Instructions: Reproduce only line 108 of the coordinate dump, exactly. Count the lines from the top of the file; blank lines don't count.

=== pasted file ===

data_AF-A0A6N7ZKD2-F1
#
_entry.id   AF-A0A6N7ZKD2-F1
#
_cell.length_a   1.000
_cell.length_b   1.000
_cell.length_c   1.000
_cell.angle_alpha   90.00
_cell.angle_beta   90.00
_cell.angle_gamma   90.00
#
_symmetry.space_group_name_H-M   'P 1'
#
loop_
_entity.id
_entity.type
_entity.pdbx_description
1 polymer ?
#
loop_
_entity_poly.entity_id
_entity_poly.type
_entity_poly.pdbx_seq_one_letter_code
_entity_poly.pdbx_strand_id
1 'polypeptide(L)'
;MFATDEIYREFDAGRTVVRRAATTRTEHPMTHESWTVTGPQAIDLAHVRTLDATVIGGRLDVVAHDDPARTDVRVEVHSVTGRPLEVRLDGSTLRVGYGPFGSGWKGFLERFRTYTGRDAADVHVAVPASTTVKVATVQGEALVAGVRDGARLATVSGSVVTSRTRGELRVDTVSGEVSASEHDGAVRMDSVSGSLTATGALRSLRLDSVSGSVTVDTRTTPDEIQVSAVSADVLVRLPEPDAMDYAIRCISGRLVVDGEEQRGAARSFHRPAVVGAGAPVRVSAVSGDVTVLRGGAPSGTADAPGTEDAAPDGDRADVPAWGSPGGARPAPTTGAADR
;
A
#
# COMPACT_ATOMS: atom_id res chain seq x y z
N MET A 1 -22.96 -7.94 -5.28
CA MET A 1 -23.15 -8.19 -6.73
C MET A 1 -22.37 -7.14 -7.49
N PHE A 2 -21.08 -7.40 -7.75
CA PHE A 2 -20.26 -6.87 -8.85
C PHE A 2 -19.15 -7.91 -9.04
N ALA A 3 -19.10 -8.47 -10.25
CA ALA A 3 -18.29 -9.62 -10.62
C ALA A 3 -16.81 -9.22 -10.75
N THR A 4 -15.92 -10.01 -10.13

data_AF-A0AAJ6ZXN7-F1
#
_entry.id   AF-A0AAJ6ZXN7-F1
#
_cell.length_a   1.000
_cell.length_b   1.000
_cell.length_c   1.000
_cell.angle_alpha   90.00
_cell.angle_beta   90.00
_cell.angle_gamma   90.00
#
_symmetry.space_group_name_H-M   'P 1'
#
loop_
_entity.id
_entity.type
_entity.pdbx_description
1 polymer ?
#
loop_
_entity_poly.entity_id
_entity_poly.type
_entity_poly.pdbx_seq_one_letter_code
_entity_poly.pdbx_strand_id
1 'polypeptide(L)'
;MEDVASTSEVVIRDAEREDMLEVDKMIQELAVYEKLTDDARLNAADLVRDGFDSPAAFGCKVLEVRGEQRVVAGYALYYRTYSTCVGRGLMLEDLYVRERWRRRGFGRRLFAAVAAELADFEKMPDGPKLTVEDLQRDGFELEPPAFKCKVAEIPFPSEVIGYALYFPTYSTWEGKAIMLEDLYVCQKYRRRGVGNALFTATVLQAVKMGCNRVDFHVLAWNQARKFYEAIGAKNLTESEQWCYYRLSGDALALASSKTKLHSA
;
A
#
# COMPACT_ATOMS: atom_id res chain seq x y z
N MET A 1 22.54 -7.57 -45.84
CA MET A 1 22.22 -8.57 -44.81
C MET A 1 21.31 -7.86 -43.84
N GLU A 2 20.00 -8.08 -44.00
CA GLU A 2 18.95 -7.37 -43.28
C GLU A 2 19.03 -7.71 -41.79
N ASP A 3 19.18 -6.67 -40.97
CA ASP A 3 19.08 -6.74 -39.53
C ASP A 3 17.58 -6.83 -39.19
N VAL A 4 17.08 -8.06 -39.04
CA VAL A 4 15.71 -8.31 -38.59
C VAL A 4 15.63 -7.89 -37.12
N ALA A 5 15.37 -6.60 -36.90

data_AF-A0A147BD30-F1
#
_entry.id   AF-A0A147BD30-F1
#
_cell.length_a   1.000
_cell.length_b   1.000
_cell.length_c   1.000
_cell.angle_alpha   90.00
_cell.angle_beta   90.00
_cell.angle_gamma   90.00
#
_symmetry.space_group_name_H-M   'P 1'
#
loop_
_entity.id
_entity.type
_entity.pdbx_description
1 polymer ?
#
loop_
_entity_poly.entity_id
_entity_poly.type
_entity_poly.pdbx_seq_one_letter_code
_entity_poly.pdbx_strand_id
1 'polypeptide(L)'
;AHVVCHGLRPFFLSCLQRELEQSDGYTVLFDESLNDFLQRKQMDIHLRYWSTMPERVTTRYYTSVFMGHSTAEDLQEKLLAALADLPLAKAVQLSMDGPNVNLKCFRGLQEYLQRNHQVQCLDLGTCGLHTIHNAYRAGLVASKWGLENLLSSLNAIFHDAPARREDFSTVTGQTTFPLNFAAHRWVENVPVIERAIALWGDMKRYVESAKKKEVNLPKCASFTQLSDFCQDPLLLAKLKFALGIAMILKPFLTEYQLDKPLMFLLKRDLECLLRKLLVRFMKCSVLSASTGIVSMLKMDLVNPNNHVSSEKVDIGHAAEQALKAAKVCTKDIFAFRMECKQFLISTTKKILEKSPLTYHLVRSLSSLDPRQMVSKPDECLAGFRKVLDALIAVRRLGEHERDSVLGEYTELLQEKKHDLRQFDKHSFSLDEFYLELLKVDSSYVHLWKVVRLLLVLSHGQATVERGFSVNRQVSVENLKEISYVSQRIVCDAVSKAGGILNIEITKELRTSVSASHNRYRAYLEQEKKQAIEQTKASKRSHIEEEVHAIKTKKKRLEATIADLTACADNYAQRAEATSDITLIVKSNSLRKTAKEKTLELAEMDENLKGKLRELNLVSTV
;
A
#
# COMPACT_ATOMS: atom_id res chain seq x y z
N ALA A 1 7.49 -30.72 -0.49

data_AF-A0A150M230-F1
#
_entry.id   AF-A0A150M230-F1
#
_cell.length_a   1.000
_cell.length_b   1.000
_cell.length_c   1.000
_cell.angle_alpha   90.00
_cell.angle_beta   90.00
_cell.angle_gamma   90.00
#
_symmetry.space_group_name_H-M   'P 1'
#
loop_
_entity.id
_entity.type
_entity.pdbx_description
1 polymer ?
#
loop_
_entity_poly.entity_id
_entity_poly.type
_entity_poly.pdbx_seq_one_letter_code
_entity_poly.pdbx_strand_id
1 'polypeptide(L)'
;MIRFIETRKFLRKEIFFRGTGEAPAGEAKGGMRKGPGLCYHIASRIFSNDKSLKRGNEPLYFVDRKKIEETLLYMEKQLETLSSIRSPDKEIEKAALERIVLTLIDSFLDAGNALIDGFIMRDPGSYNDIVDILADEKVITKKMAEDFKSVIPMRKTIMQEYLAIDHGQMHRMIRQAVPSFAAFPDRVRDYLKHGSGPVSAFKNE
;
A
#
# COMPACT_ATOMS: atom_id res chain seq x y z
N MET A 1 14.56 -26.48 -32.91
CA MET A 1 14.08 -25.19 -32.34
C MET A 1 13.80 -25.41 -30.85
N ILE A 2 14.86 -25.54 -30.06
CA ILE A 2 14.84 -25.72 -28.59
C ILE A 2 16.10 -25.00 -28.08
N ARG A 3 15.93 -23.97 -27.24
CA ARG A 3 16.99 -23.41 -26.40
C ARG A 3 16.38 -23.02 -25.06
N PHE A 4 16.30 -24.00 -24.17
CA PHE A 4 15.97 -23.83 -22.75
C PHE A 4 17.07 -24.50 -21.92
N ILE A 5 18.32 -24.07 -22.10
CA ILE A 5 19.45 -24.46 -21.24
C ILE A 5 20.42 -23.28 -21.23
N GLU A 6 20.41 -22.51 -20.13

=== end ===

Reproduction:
1 'polypeptide(L)'